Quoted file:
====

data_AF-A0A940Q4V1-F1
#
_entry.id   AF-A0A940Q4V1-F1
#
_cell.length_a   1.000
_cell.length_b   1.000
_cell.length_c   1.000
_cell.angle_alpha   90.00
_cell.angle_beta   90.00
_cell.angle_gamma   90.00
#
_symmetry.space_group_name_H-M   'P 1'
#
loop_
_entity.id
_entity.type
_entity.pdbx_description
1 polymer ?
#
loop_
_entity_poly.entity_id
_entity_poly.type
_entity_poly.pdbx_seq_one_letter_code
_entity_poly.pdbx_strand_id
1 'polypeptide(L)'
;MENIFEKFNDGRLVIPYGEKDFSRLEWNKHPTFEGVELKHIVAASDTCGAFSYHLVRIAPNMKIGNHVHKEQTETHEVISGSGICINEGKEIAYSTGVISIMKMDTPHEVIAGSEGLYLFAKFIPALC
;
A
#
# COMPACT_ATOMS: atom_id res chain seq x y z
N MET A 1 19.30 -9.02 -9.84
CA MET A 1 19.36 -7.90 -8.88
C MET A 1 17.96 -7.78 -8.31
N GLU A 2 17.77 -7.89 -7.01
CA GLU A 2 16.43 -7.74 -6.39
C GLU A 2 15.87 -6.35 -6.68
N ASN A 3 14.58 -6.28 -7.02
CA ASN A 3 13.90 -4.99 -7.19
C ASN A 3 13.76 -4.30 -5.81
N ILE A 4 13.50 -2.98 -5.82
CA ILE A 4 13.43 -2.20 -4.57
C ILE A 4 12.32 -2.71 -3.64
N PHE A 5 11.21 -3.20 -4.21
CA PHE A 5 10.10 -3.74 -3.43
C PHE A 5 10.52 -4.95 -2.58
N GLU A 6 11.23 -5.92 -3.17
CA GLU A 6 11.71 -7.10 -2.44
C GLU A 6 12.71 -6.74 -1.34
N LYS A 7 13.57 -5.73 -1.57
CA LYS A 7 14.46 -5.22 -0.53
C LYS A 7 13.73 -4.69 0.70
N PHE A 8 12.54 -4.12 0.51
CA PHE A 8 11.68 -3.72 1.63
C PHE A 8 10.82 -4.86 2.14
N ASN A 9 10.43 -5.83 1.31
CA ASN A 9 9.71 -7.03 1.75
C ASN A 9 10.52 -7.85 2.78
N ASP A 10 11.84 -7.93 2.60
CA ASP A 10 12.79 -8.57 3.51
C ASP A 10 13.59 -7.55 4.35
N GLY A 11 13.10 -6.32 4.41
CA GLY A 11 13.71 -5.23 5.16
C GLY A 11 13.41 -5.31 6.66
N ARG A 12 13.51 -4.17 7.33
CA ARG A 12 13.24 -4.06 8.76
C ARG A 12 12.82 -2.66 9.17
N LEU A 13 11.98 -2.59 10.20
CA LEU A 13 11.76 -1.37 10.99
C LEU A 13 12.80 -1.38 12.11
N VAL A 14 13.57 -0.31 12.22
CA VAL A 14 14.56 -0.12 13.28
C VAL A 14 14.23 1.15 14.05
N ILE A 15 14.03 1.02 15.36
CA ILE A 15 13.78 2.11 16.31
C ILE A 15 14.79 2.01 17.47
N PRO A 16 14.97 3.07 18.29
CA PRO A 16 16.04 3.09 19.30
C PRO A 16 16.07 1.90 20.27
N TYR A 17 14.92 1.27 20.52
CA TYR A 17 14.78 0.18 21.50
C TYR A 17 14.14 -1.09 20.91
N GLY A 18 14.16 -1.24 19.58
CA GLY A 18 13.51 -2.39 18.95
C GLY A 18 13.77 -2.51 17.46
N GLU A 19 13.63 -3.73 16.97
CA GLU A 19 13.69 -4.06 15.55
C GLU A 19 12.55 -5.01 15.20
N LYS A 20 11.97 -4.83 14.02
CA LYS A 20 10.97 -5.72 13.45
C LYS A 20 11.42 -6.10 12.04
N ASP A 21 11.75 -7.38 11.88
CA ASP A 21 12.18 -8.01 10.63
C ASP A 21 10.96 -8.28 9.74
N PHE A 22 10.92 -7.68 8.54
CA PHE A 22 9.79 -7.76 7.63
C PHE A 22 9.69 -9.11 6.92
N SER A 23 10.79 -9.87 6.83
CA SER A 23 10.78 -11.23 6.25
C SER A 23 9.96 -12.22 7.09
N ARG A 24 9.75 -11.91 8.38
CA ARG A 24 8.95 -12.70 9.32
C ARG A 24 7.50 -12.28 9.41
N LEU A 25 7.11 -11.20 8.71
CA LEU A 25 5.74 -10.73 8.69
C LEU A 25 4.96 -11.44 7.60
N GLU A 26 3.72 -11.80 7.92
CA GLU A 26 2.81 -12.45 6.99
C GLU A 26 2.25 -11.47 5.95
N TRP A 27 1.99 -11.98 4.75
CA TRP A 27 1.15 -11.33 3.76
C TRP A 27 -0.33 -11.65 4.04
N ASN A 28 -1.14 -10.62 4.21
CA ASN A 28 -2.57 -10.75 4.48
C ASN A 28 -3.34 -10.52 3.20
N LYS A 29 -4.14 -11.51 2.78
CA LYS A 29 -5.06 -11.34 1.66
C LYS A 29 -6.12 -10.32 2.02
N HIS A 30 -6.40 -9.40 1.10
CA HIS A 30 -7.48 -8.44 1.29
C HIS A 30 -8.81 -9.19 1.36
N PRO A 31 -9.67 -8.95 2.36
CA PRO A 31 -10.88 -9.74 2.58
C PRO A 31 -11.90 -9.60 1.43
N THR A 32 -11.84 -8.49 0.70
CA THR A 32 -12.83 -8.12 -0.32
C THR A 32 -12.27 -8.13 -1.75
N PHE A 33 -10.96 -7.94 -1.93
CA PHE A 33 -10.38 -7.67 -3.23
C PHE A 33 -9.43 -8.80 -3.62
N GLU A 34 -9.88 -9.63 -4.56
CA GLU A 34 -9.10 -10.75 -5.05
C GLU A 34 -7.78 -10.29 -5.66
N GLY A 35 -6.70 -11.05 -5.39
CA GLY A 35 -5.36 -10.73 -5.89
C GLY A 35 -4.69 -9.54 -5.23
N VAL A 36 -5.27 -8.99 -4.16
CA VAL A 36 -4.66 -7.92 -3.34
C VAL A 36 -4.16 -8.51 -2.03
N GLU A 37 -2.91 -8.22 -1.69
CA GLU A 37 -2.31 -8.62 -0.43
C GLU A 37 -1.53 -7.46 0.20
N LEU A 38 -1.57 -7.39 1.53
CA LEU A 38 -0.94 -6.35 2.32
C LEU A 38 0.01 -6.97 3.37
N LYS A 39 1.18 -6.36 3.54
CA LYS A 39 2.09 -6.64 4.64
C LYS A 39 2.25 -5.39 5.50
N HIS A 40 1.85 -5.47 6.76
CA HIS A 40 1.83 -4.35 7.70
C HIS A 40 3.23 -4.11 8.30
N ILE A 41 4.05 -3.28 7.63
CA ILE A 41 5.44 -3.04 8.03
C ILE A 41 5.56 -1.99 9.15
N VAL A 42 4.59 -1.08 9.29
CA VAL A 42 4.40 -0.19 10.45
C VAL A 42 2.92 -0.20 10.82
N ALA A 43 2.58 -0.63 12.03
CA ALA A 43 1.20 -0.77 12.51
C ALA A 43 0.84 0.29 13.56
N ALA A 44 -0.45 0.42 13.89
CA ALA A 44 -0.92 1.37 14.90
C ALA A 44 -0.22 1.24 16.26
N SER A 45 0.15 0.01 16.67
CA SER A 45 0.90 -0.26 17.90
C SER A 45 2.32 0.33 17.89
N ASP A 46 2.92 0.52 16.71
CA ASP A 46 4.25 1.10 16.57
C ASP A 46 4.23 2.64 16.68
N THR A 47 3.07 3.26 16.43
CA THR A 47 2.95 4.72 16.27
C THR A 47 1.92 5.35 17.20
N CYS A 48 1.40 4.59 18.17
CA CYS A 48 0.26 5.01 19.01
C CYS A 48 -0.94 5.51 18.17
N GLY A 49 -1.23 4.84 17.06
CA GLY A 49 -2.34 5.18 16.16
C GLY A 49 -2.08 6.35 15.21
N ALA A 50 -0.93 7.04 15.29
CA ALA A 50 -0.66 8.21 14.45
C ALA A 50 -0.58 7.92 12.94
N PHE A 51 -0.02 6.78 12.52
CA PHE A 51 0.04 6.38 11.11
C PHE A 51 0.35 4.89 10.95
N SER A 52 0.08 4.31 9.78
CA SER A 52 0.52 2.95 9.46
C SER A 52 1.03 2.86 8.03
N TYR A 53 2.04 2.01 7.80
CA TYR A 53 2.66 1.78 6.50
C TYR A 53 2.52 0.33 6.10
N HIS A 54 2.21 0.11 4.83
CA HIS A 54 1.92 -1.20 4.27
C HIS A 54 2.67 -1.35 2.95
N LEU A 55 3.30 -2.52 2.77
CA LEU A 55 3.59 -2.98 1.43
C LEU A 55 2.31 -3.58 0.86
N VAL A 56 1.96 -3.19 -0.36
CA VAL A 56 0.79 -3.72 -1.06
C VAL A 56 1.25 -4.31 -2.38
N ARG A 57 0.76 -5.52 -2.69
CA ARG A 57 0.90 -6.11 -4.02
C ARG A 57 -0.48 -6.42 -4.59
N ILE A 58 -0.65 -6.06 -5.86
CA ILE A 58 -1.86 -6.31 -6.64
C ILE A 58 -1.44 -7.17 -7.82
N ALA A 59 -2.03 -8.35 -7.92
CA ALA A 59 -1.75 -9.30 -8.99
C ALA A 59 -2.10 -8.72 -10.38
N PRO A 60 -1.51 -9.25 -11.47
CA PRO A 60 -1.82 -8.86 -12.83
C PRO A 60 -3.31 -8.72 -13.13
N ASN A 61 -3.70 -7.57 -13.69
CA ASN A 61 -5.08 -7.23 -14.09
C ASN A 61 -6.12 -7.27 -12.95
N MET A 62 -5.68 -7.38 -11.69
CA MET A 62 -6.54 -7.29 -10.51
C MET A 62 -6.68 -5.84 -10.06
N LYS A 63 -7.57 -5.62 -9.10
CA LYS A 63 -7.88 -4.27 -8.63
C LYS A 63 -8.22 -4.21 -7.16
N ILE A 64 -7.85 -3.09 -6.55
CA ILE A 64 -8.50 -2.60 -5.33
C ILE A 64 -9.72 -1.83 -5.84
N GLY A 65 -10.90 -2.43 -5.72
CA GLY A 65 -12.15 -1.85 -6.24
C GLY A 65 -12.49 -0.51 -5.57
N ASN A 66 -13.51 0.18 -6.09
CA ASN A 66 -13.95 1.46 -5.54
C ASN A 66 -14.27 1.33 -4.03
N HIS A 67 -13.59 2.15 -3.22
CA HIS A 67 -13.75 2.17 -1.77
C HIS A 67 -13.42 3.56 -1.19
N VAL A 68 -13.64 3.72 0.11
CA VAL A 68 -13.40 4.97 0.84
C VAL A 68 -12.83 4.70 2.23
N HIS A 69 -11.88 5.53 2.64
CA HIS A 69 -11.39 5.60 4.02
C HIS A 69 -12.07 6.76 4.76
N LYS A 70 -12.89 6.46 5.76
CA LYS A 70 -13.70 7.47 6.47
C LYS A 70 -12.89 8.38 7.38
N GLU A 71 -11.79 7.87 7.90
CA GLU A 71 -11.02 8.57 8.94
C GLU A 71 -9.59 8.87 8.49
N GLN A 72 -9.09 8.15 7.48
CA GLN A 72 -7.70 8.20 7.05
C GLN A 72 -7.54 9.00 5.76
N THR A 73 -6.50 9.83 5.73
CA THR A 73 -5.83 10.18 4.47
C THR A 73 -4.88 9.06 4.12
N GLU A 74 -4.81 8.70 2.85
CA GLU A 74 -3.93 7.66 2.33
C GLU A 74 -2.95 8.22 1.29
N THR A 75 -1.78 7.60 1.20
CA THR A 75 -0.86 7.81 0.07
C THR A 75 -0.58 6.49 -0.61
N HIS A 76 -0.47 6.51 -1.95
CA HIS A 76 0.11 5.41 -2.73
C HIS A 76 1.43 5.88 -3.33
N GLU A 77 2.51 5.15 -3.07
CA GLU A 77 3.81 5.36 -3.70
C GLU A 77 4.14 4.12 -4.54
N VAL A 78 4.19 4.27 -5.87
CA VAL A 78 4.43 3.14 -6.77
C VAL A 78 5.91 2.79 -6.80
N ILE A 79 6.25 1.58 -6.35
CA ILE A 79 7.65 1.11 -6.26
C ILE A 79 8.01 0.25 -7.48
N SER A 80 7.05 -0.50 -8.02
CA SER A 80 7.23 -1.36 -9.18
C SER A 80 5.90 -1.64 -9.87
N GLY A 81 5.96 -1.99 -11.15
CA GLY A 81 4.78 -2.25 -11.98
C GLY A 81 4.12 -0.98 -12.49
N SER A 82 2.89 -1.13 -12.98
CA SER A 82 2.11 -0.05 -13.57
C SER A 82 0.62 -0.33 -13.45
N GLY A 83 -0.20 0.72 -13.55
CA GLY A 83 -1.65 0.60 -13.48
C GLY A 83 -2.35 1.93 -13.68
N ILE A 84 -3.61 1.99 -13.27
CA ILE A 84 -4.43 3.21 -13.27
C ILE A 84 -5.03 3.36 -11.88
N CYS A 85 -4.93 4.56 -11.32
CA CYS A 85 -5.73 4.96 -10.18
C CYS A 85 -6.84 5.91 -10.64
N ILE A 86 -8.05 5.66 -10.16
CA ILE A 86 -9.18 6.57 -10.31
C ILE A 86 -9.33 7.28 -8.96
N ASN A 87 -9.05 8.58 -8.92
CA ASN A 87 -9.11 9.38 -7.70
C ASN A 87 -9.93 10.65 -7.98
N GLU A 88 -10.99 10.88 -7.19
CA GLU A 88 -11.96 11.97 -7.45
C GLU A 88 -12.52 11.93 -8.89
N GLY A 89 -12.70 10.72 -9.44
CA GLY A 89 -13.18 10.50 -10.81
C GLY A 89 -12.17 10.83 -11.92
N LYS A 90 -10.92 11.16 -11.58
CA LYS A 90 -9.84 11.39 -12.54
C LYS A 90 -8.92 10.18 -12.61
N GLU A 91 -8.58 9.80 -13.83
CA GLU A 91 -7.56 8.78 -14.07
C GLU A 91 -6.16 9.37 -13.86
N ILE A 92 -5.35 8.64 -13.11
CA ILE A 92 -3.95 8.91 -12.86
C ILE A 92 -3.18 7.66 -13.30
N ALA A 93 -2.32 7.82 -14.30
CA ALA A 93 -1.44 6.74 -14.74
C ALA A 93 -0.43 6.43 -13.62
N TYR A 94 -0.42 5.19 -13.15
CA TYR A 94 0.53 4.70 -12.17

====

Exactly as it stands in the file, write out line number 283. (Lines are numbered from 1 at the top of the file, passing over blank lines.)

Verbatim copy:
N CYS A 85 -4.93 4.56 -11.32